To all those who have been hurt within NTM, not only children, but ESPECIALLY children, I say, "I am so, so sad for you. Tears fill my eyes as I grapple with your pain. The injustice, the wrong that was done to you within our supposedly safe and close-knit mission family. I pray for healing, for redemption. Everyone's journey is different and no one else can tell you how your own personal path of healing is to be traveled. The waves, ebbs and flows, the gradual progression ... all so well described above. May the Gentle Shepherd lead us all."


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PostPosted: Sat Nov 13, 2010 9:06 am 
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Although I realize in saying "sorry" we are trying to reach out and "do" something, but may I suggest we stop using "I am sorry for your pain" or "I am sorry you were abused" and suggest we start becoming more positive and proactive and say that we "empathize" instead. Only from person experience mind you, have I felt ashamed and pitied by those who in essence "apologized" or "felt sorry" for me. Truly, this is only a suggestion. I've started using it myself. ;)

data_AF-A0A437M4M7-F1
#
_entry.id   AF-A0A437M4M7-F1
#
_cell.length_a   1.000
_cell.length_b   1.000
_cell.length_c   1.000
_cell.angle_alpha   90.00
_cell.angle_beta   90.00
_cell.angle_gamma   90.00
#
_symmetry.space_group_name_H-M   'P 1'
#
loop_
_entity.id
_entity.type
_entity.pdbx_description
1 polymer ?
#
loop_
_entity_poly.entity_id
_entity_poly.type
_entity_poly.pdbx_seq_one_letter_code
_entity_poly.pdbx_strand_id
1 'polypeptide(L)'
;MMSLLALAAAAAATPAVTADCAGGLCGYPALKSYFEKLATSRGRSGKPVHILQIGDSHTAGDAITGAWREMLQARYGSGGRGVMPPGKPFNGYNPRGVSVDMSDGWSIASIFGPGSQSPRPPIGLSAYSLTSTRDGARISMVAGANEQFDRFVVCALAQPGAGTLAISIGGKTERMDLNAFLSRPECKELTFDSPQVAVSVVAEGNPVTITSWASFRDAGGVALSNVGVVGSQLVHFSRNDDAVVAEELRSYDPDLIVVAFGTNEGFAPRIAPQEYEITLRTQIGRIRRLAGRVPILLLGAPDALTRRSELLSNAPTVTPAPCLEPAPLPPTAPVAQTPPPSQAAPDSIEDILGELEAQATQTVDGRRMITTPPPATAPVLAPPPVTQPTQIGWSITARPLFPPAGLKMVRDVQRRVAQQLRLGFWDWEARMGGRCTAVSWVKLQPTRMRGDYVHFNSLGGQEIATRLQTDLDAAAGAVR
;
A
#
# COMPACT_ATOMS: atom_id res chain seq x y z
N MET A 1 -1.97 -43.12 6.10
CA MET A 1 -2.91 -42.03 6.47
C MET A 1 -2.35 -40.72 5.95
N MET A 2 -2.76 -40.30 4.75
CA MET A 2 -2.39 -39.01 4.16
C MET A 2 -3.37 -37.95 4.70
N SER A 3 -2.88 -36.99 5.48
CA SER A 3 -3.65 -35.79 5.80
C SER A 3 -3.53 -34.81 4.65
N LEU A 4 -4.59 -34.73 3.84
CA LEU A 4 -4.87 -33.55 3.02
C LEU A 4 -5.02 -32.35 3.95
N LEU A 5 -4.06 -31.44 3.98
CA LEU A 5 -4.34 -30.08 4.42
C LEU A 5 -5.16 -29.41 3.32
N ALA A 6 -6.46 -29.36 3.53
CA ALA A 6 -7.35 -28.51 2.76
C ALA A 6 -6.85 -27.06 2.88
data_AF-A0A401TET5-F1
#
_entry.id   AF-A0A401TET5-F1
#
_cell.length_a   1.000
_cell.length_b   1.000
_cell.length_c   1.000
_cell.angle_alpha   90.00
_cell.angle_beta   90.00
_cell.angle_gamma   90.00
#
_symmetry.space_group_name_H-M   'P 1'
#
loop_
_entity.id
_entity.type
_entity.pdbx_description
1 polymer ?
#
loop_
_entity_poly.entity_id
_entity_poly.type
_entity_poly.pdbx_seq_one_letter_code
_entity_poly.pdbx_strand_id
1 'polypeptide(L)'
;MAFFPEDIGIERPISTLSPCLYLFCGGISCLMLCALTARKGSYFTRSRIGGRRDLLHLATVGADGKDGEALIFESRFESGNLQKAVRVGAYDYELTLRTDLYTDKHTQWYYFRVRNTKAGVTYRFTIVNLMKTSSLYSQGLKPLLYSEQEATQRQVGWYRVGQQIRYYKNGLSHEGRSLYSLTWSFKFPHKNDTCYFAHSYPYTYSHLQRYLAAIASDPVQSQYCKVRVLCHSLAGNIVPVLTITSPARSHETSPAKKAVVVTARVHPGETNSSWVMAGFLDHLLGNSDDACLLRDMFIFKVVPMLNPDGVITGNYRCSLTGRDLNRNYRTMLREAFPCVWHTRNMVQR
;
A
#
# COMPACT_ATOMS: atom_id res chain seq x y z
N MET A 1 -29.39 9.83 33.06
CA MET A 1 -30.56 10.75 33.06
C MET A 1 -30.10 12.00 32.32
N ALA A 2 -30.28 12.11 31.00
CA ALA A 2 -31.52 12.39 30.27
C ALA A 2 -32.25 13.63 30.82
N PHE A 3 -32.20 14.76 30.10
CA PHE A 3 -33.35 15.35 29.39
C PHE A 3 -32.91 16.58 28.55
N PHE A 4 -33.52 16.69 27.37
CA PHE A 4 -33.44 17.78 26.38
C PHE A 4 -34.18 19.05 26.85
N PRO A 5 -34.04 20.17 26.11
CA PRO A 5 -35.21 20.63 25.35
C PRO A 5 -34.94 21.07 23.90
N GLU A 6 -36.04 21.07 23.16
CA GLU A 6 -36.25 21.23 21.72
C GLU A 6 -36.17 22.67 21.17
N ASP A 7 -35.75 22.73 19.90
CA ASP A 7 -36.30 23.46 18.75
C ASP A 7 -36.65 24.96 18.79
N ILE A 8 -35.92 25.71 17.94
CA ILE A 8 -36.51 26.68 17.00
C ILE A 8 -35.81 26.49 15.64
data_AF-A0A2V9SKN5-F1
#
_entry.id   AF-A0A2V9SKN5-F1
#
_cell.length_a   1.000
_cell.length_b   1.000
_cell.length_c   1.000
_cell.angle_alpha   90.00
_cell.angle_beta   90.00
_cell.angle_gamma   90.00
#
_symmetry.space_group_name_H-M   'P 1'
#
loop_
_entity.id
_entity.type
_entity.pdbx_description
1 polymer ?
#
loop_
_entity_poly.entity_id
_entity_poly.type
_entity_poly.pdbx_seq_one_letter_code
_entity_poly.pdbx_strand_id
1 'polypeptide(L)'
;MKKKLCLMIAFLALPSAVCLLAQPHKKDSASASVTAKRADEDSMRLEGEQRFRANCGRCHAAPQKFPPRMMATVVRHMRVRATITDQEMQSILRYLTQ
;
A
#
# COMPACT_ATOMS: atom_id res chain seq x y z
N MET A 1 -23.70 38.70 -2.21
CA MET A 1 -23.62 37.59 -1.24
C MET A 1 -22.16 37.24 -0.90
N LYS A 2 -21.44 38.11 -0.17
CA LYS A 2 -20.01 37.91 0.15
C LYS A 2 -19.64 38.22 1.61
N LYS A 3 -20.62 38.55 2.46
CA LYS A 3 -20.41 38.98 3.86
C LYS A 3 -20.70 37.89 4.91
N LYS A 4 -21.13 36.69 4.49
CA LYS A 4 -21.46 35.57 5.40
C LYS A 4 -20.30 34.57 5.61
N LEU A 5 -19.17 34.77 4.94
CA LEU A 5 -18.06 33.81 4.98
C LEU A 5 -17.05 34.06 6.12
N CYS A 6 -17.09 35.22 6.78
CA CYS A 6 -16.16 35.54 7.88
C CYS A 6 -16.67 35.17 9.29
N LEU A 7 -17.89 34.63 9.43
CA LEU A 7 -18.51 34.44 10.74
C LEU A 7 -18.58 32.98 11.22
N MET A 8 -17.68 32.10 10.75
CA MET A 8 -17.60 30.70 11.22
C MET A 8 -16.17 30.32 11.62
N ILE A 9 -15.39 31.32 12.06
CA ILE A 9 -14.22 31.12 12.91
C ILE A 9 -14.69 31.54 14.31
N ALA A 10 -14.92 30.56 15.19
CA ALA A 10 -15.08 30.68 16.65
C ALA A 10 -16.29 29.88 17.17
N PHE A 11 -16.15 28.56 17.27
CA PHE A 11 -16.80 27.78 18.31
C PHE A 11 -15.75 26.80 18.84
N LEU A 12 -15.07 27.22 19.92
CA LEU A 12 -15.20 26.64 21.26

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PostPosted: Sat Nov 13, 2010 12:23 pm 
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Thanks for the tip on how to better communicate with the hurting, MK Wife. You are right. My heart hurts for those of you were were abused, but apologizing to you isn't the best way to tell you that.

Raz, so true, the Shepherd is gentle. He knows it takes time to heal and forgive and that we have to work through it and need to give voice to it. And as RMullens says, the pain will always be there and grief will cycle through us again and again. If we want to give advice, let it be GENTLE.

"If someone is offended by our grief, let them be. It is OUR grief, not theirs." Amen.
Children were deeply offended by the abuse that took place, and offended even more by years of silence.